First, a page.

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Michael Jackson, free on bond in sex-abuse case, gets humanitarian award

WASHINGTON — Michael Jackson, who's awaiting trial in California on nine counts of lewd acts with a child and administering an intoxicant to a minor to facilitate abuse, is a great humanitarian in the eyes of the African Ambassadors' Spouses Association.

They feted the singer at a closed reception late Thursday night at the Ethiopian Embassy in Washington. Diplomats, some U.S. lawmakers and some HIV/AIDS Africa activists attended.

"He deserves to be partying," said Pete Carter, 19, of Toms River, N.J., a dance instructor and Jackson impersonator who stood outside the embassy in spring rain. "No one has anything on him yet."

The African ambassadors' spouses group, a fixture of the capital's diplo-social whirl, has been around for more than 40 years. The humanitarian award was created for Jackson, however. Representatives of the spouses group referred questions about why to Jackson's spokeswoman, Raymone Bain.

Bain didn't return repeated phone calls and Jackson, on a three-day schmooze tour in Washington, has said precisely two words to the news media. "Photo shots," he cued camera operators in a congressional appearance Wednesday afternoon.

Bain said earlier that Jackson had contributed $50 million to his favored causes, including some African ones. HIV/AIDS in Africa is on his front burner now, according to his congressional host, Rep. Sheila Jackson Lee, D-Texas. If so, it hasn't been a big issue for Jackson until now, according to some long-term AIDS lobbyists.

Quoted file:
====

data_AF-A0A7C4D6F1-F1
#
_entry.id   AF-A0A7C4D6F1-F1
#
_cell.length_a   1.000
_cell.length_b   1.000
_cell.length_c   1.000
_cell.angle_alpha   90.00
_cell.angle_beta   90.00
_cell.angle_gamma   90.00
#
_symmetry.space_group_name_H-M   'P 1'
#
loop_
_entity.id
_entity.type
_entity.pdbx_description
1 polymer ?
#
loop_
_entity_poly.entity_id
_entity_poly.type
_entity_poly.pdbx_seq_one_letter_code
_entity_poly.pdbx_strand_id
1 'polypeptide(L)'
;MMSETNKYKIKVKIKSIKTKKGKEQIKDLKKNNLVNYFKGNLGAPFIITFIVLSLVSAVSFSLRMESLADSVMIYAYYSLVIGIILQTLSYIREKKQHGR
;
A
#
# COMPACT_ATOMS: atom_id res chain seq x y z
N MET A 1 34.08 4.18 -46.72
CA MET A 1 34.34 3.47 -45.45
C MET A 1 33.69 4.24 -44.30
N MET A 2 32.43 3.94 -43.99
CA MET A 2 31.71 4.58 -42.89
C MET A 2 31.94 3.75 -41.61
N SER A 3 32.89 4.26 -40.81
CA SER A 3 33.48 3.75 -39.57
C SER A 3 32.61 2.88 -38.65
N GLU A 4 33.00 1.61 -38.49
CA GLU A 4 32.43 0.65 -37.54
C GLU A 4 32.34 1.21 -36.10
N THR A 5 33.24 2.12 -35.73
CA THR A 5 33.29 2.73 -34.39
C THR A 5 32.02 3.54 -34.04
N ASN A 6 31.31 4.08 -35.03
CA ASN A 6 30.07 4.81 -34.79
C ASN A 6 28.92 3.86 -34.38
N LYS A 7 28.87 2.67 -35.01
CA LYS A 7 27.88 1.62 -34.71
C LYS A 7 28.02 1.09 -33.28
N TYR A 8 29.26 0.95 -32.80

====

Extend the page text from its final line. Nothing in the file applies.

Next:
"I was surprised when I read about it this morning," said Dr. Paul Zeitz, the executive director of the Global AIDS Alliance, a Washington-based advocacy group. He spent 10 years working in Africa.

"I never heard of any donations he made in Africa," Zeitz said.

Bain has said many of Jackson's contributions are made anonymously.

His best-known vehicle for donations, the Heal the World Foundation, was suspended in April 2002 in California, where it's chartered, for failing to file the annual statements required of charities. Several of his causes, including his Neverland Zoo and Heal L.A. project for inner-city children in Los Angeles, are defunct or inactive.

Jackson has had contact with the African diplomatic spouses before. In 2000, he donated one of his fedoras, which he'd autographed, and a limited-edition poster to the group's annual charity auction.

Tiahmo Rauf, a former aide to the Rev. Al Sharpton, who was a Democratic presidential candidate this year, organized Jackson's visit to Washington and set up the liaison with African diplomats. Rauf is the executive director of Africans Unite Against AIDS Globally, a nonprofit group based in Clayton, Mo., that promotes AIDS awareness and education.

Rauf has drawn other celebrities into his cause, including World Boxing Association light-heavyweight champion Roy Jones Jr. Jones accompanied Rauf to Kenya in September to participate in a boxing exhibition billed as the "Ultimate Battle Against AIDS." Rauf, in a brief interview, said he'd like to organize an Africa tour for Jackson, too. That would need the OK of the Santa Barbara judge in the child abuse case, as Jackson needs permission to leave the jurisdiction. He has pleaded not guilty to the charges.

Although Jackson met this week with several Congressional Black Caucus members who've been active in AIDS and Africa, others refused to meet with him.

"I think Michael Jackson pretty much invited himself," Rep. Elijah Cummings, D-Md., the caucus chairman and among those who declined to meet Jackson, told CNBC's "Capitol Report" show.

"He wants to come and talk about AIDS, and I think that's fine. But ... we did not want the things that we (the Black Caucus) address every day to be shadowed by Michael Jackson."